I think if you take a closer look at the way Apple names its APIs, especially in Foundation, it can really help shed light on some semantic nuances. For example, in NSString there are several methods for creating a new string containing a modified version of the receiver, such as

- (NSString *)stringByAppendingFormat:(NSString *)format ...;

Note that the name is a noun, where the first word describes the return value, and the rest of the name describes the argument. Now compare this to the corresponding method in NSMutableString for appending directly to the receiver:

- (void)appendFormat:(NSString *)format ...;

By contrast, this method is a verb because there's no return value to describe. So its clear from the method name alone that -appendFormat: acts upon the receiver, whereas -stringByAppendingFormat: does not, and instead returns a new string.

(By the way, there's already a method in NSString that does at least part of what you want: -stringByTrimmingCharactersInSet:. You can pass whitespaceCharacterSet as the argument to trim leading and trailing whitespace.)

So while it may seem annoying initially, I think you'll find it really worthwhile in the long run to try to emulate Apple's naming conventions. If nothing else it'll help make your code more self-documenting, especially for other Obj-C developers. But I think it'll also help clarify some semantic subtleties of Objective-C and Apple's frameworks.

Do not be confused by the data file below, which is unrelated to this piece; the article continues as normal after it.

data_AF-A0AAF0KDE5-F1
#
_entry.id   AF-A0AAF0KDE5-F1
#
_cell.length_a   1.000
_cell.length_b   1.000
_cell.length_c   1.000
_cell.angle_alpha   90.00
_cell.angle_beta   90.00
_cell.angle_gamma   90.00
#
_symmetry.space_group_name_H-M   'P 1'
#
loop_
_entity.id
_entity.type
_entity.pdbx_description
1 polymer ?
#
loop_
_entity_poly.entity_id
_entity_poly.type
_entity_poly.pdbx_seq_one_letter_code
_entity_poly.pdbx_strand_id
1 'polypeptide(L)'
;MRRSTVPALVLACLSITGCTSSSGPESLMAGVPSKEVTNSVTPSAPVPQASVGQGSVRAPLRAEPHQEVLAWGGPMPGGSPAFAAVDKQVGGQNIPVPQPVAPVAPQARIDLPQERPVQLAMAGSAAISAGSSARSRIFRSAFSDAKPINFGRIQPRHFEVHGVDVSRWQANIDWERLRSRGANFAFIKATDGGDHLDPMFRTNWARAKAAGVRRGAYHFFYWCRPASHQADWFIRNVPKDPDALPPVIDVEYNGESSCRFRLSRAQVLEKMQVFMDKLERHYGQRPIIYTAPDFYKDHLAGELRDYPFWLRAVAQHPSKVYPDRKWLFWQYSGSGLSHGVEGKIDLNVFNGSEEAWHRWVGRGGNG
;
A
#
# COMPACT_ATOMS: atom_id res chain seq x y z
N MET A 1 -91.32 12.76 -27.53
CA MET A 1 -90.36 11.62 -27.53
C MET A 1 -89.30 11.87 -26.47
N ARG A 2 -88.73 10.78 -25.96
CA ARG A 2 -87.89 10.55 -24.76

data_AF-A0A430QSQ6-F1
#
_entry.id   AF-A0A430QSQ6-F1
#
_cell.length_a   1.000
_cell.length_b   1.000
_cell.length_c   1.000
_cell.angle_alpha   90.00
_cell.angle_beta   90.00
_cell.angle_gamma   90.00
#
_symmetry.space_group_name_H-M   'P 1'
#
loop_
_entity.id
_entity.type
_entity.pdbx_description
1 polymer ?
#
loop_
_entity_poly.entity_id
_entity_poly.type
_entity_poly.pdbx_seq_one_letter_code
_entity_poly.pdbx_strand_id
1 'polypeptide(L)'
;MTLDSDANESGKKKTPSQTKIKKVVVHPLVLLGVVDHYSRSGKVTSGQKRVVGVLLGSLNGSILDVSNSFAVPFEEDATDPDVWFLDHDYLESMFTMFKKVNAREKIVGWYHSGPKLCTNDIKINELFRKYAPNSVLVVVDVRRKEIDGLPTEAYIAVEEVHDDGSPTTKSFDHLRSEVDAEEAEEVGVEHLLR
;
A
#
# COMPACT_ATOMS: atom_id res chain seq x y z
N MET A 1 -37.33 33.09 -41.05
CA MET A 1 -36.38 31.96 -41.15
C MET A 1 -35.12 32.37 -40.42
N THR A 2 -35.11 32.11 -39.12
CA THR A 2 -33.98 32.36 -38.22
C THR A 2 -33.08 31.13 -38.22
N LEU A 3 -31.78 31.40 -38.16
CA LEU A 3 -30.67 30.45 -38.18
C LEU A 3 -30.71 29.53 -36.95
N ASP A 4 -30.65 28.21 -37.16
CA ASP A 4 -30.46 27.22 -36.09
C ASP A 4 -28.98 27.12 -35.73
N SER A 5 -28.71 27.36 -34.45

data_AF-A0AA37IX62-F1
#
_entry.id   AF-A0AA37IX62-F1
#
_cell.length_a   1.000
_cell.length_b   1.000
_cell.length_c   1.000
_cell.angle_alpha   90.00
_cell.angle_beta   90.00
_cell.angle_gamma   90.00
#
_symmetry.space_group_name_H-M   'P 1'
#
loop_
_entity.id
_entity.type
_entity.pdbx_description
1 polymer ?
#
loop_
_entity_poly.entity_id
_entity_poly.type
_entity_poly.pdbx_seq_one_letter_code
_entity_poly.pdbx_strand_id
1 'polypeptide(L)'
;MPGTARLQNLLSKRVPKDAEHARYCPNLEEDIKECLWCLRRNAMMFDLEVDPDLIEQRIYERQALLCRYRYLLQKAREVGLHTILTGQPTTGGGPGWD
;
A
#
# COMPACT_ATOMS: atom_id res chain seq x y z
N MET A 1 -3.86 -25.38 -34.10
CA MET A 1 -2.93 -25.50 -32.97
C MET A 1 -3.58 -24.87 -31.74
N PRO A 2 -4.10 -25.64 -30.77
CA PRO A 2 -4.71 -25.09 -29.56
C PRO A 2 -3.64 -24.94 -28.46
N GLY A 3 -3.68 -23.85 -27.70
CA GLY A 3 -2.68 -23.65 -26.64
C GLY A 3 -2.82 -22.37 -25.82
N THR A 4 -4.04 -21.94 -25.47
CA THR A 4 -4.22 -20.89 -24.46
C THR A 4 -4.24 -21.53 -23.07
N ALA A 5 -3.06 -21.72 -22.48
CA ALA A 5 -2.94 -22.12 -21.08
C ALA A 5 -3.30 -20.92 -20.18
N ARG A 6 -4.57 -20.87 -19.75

Also, I agree that the internal details of class clusters can be disconcerting, especially since they're mostly opaque to us. However, the fact remains that NSString is a class cluster that uses NSCFString for both mutable and immutable instances. So when your second category adds another -strip method, it replaces the -strip method added by the first category. Changing the name of one or both methods will eliminate this problem.

And since a method already exists in NSString that provides the same functionality, arguably you could just add the mutable method. Ideally its name would correspond with the existing method, so it would be:

- (void)trimCharactersInSet:(NSCharacterSet *)set